1. Consulting and design

My design process involves both design and expert scientist evaluation. Before I evaluate designs from a usability perspective, I get feedback from my domain expert colleagues to get a scientist’s perspective.

My first step is to design a low-quality or high-quality model, depending on the situation. I always check my designs with experts and ask for feedback: is everything right, is something missing? Before the usability check, this is important, otherwise scientists are more likely to focus on details than on the design, such as irregularities in dummy data instead of performing activities. I also try to spot any usability problems the designs may have (although it is not a priority at this stage).

We try to keep the group of experts as diverse as possible and separate those taking part in the design process from those conducting usability checks. This allows those in the latter group to see the designs for the first time when conducting usability checks. During the final phase of the design process, other stakeholders, such as software engineers and product managers, are involved to learn about different perspectives. It is an iterative process to design, show the prototype to users, and everything happens simultaneously. Despite working closely with users, I still need the fresh perspective of my primary users who are not involved in the project. To eliminate the implication that designs are being tested, I organize user testing sessions, or “usability checks”.


Using prototypes to test usability‍


Depending on the project, the usability check takes different forms. When working on smaller projects, I ask users to perform a few activities on the interactive prototype during a briefing. Based on how the designs perform, I make adjustments. If I have time, I might also consult expert users about the design. You will be able to gain new insights from domain experts who were not involved in the project before. My ability to find small details or requirements that are missing increases the more people I ask. Due to the fact that I observed the users while they worked during the research phase, I was able to prioritize my findings.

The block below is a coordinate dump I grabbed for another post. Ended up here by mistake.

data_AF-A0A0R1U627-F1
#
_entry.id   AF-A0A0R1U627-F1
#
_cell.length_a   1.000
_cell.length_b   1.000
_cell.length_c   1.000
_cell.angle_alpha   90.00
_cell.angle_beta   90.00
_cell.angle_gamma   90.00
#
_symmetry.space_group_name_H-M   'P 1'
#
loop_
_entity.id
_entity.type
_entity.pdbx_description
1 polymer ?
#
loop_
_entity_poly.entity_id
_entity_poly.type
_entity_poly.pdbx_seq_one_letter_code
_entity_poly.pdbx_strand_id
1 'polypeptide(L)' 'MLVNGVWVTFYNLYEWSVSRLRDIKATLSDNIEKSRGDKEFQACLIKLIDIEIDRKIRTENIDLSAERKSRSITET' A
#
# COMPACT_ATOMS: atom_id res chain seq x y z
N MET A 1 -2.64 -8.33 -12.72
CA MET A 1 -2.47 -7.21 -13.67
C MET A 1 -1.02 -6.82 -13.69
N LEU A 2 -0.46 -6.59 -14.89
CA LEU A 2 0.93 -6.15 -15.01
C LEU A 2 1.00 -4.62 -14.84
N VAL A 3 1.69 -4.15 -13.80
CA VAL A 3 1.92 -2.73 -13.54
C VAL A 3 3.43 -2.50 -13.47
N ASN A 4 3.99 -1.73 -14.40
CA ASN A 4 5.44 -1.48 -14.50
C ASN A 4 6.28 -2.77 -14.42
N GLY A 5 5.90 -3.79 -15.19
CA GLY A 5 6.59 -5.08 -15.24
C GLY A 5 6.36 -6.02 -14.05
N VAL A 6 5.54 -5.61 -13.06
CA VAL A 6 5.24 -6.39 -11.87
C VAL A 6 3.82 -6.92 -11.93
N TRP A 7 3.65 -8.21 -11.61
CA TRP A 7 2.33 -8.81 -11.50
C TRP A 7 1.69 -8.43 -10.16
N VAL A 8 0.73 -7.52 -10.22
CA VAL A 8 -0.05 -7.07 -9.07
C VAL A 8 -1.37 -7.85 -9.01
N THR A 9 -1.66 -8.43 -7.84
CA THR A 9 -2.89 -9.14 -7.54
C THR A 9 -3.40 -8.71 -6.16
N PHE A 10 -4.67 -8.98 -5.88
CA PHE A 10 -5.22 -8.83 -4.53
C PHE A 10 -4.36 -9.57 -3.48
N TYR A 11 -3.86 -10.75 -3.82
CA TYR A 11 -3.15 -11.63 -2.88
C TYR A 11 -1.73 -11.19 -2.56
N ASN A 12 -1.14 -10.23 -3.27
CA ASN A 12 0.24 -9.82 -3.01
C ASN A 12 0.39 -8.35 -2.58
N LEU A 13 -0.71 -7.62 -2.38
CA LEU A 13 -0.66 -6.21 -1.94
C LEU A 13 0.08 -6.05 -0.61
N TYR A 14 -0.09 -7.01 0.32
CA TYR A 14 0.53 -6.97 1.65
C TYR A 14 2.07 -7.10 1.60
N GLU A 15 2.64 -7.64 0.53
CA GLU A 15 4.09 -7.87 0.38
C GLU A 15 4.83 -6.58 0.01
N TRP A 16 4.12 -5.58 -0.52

We hold longer usability checks for bigger projects.  In case I need more input from a diverse group of users, I set up a remote user testing session (with that allows users, on their own time and terms, to provide feedback on the usability of the site.  As I don’t have face-to-face contact with the experts, I use Maze at the end of the process, or when the nature of the design is more focused on interaction design and doesn’t require much expert input.

    Whenever possible, I use interactive prototypes and test them in users’ normal workflow in cases of complex interactions or hypotheses. A key flow in Drug Discoverers’ workflow had to be redesigned for one of the first large projects I had at BenevolentAI. My idea was to improve how Drug Discoverers collected their assessments about genes, and I was interested in finding out how users would react. Despite the fact that the design wasn’t as complex, the new flow wasn’t the same as what users are used to. To simulate new product features, we used Google Sheets with pre-formatted functional cells. In the prototype setup, BenevolentAI’s platform took up 70% of the screen, while the Google Sheet prototype took up the other 30%. I thus had the opportunity to observe how users interact with the proposed design, and the cost of prototyping was very low.

Comparing this prototype to other quick and easily accessible prototyping tools, I appreciated the interactivity and the ability to accept user input. By using this approach, I could: quickly and efficiently confirm my hypothesis, see how users react to the new flow, and find potential problems with the design with just a few cycles of usability tests. Whenever necessary (such as when I find some usability issues with the design or something misleading in the design), I redesign and repeat the usability checks.

The 3 main steps of my design for and with experts are described above. The process is highly interactive, and the details vary based on the project, the users, the timeline, and the implementation.

It can be challenging for designers without scientific backgrounds to work at a company with such a highly scientific business domain. In the domain of drug discovery, constant collaboration with our users is crucial to the development of visualizations, dashboards, and design tools.